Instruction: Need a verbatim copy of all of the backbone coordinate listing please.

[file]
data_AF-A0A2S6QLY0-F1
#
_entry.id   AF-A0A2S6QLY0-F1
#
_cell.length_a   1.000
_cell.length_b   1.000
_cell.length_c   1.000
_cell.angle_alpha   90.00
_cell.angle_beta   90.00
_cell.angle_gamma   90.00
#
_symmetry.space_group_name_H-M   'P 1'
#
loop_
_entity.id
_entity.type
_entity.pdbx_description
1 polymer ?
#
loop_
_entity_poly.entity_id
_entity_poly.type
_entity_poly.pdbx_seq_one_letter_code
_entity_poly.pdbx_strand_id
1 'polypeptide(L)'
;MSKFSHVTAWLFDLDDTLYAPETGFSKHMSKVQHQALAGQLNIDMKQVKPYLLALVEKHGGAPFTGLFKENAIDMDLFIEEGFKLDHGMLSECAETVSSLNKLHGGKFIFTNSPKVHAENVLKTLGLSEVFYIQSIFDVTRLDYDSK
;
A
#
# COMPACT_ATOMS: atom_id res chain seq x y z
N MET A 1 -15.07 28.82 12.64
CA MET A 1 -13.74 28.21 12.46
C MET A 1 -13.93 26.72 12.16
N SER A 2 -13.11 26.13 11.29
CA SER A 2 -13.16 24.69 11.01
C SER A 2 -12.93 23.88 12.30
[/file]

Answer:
data_AF-A0A2S6QLY0-F1
#
_entry.id   AF-A0A2S6QLY0-F1
#
_cell.length_a   1.000
_cell.length_b   1.000
_cell.length_c   1.000
_cell.angle_alpha   90.00
_cell.angle_beta   90.00
_cell.angle_gamma   90.00
#
_symmetry.space_group_name_H-M   'P 1'
#
loop_
_entity.id
_entity.type
_entity.pdbx_description
1 polymer ?
#
loop_
_entity_poly.entity_id
_entity_poly.type
_entity_poly.pdbx_seq_one_letter_code
_entity_poly.pdbx_strand_id
1 'polypeptide(L)'
;MSKFSHVTAWLFDLDDTLYAPETGFSKHMSKVQHQALAGQLNIDMKQVKPYLLALVEKHGGAPFTGLFKENAIDMDLFIEEGFKLDHGMLSECAETVSSLNKLHGGKFIFTNSPKVHAENVLKTLGLSEVFYIQSIFDVTRLDYDSK
;
A
#
# COMPACT_ATOMS: atom_id res chain seq x y z
N MET A 1 -15.07 28.82 12.64
CA MET A 1 -13.74 28.21 12.46
C MET A 1 -13.93 26.72 12.16
N SER A 2 -13.11 26.13 11.29
CA SER A 2 -13.16 24.69 11.01
C SER A 2 -12.93 23.88 12.30